Because this is ThisWeekInTomorrow and not ThisWeekInYesterday, here’s a selection of things to look forward to in 2014 (rather than the things that happened in 2013). Have a great year everyone!
Orion’s First Flight
Still on track for September 2014 is EFT-1 (Exploration Test Flight 1), the first test flight of NASA’s Lockheed-Martin-built Multi-Purpose Crew Vehicle (MPCV). You may have seen some of the shots of its journey across the nation last month as folks on twitter (and elsewhere) followed it and tweeted at #SpotOrion. In case you missed it, Orion is NASA’s planned successor to the space shuttle program, which will eventually be launched aboard the planned Space Launch System. Because the first SLS test flight isn’t scheduled until 2017, September’s launch will be aboard a Delta IV Heavy rocket, and is designed to test the heat shields and landing capabilities of the Orion module and its 11 (!!) parachutes. Even if it’s not aboard the SLS, it should be one hell of a show, as NASA starts showing some visible progress toward sending its own back to orbit. We’ll have to wait until 2020 to see a crew flight, though, which brings us to our next item.
SpaceX’s 14 Scheduled Launches
SpaceX has fourteen launches scheduled for 2014 (so far), including four ISS resupply missions that will further test its Dragon module’s reliability, and one test flight of their new Falcon Heavy rocket out of Vandenberg. The Falcon Heavy is being touted by SpaceX as “the world’s most powerful rocket,” with the ability to launch 53 metric tons of cargo to orbit. For the record, it’s not the most powerful rocket ever built — that title goes to the Saturn V with a max payload almost twice the size — but given that one of those hasn’t flown for over 40 years, and that the next most powerful rocket, the Delta IV Heavy (being used to test the new Orion module in September), can only carry half the Falcon Heavy’s payload, we’ll give it to them.
For those of you in North and most of South America, there will be a total lunar eclipse on April 15, and for those of you on the Pacific coast (pretty much anywhere with a Pacific coast, actually) there will be another on October 8. And it’s always a good idea to keep in mind the predictable unpredictability of the season meteor showers if you like a good light show: the Quadrantids on January 2nd and 3rd are your first chance, followed by the Lyrids in April, the Eta Aquarids in May, the Delta Aquarids in July, the Perseids in August, the Orionids in October, and the Geminids in December. Earthsky has all the meteor details in one handy post. And for those of you with telescopes and an interest in where the planets are at handy moments, Mashable has a list of space events taking place in 2014 and how to watch them.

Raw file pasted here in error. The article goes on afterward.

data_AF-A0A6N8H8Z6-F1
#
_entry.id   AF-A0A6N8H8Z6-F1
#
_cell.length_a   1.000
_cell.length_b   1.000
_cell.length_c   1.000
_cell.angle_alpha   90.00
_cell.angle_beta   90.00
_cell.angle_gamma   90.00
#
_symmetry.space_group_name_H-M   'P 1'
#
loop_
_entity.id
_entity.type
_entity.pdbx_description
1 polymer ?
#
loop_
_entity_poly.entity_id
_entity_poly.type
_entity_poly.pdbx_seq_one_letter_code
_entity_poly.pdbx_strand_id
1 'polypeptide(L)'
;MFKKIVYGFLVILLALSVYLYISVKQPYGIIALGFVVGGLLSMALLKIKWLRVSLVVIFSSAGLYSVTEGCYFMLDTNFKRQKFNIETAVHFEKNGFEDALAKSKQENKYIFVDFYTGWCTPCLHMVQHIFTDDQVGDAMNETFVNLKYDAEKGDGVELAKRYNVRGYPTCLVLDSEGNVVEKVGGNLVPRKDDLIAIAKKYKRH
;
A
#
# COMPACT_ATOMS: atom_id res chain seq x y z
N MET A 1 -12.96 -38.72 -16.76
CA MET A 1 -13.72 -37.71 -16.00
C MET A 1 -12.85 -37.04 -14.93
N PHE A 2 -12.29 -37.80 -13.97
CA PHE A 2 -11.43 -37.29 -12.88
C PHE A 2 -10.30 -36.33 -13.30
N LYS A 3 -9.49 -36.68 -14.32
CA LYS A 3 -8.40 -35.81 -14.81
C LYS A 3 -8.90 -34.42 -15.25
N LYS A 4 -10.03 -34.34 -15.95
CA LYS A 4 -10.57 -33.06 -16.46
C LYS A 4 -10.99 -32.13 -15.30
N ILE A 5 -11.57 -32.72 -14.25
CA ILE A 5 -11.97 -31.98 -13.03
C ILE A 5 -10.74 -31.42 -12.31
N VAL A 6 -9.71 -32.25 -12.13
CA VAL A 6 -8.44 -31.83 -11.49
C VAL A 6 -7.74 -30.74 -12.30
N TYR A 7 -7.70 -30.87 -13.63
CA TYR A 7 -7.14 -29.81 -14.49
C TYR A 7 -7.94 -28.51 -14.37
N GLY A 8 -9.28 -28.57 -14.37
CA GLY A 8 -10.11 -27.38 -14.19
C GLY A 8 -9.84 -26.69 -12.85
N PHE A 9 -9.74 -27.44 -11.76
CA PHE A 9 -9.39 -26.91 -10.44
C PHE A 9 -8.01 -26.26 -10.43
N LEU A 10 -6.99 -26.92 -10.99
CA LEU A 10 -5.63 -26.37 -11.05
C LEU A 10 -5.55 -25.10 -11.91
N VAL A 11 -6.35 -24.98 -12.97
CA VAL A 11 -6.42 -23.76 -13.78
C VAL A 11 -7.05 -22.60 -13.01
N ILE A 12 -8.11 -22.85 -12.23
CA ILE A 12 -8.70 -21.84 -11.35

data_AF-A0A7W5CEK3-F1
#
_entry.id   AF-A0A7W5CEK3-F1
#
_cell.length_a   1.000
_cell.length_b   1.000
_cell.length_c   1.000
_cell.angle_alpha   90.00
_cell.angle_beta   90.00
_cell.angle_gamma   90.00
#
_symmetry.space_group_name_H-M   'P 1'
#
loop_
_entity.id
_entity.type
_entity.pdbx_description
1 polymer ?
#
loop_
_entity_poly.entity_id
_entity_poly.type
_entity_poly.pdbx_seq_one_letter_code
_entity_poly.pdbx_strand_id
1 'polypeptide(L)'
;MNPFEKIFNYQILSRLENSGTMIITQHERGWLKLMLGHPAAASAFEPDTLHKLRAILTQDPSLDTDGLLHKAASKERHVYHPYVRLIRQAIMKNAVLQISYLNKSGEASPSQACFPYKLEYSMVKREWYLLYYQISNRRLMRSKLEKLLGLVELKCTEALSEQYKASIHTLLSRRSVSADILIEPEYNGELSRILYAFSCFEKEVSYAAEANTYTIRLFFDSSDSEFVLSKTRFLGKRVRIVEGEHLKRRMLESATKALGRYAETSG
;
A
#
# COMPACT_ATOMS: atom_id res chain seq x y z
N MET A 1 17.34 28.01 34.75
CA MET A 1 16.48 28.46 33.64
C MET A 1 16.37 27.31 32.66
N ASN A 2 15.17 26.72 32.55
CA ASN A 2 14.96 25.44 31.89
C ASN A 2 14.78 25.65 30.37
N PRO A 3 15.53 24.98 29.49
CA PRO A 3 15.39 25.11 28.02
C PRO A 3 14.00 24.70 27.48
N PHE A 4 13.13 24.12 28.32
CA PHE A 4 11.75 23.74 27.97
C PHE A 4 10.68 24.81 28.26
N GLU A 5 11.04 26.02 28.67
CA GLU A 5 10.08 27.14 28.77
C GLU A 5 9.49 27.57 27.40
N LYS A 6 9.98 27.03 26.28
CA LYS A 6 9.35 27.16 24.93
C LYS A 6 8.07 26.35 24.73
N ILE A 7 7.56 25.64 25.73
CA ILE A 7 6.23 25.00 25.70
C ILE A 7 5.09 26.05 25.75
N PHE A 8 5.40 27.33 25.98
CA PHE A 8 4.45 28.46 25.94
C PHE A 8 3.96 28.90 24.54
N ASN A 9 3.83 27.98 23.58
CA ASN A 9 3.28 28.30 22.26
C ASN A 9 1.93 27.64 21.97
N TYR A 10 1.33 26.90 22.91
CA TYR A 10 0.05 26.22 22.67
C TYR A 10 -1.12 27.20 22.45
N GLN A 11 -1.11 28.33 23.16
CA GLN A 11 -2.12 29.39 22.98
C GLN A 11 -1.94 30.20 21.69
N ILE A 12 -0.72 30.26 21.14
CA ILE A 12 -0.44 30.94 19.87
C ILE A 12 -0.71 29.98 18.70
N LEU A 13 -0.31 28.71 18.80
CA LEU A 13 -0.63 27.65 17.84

In 2014 two spacecraft are scheduled to arrive on Mars: ISRO’s Mars Orbiter Mission (MOM) and NASA’s Mars Atmosphere and Volatile EvolutioN (MAVEN). The MOM is primarily designed as a test bed for new Indian technologies, but everyone’s hoping it goes above and beyond its basic objectives and adds to the collective pool of data about the red planet’s surface features and atmosphere. MAVEN’s objectives are more detailed: its job is to determine how much atmosphere Mars has left, how it lost it, and what it was like before it did. While neither mission is scheduled to land on our celestial neighbour, the Curiosity mission has upgraded its software and is continuing into 2014.
Rosetta and Philae
In case you’d forgotten since its launch in March 2004 (!) the ESA’s mission to explore comet 67P/Churyumov-Gerasimenko, Rosetta (and its lander Philae) should arrive at the comet around May. Rosetta did flybys of asteroids 2867 Steins in 2008 and 21 Lutetia in 2010, and now it’s poised to make contact with its final objective. It wakes back up on January 20, and you can follow its progress on twitter at @ESA_Rosetta and over at the ESA’s Rosetta page, which has the adorable video above.
While making predictions for the dozens of tech conferences happening in 2014 is off the table for a list like this, with only a week to go before CES 2014 in Las Vegas, the buzz is beginning. Likely sights will be T-Mobile giving other carriers serious headaches as its “Un-carrier” campaign continues; curved screens from anyone and everyone; “wearable” tech (and fitness trackers) that will actually seem more wearable; lots of 3D printing tech; and Microsoft continuing to limp along waiting for brighter days. Or something.
Unlike some, I’m predicting that Bitcoin will not die a horrible death in 2014, but rather will become more and more of a regular presence in online markets as more retailers start accepting the digital currency. Among those reportedly toying with the idea are online giants Overstock.com and Newegg. Furthermore, with Time magazine naming Coinbase their second most promising startup of 2013, and with the guys who invented mining pools coming up with hardware-based wallets, you’ll be spoiled for choice as to where you keep your BTC. In other news, the third generation of mining hardware will be hitting the major mining companies in the first and second quarters of 2014 as well, so expect there to be some news on that front. The really exciting stuff will be happening not in Bitcoin itself, but in the unpredictable new technologies spawned by the invention of the shared ledger tech on which Bitcoin rests.
It’s going to be an interesting year.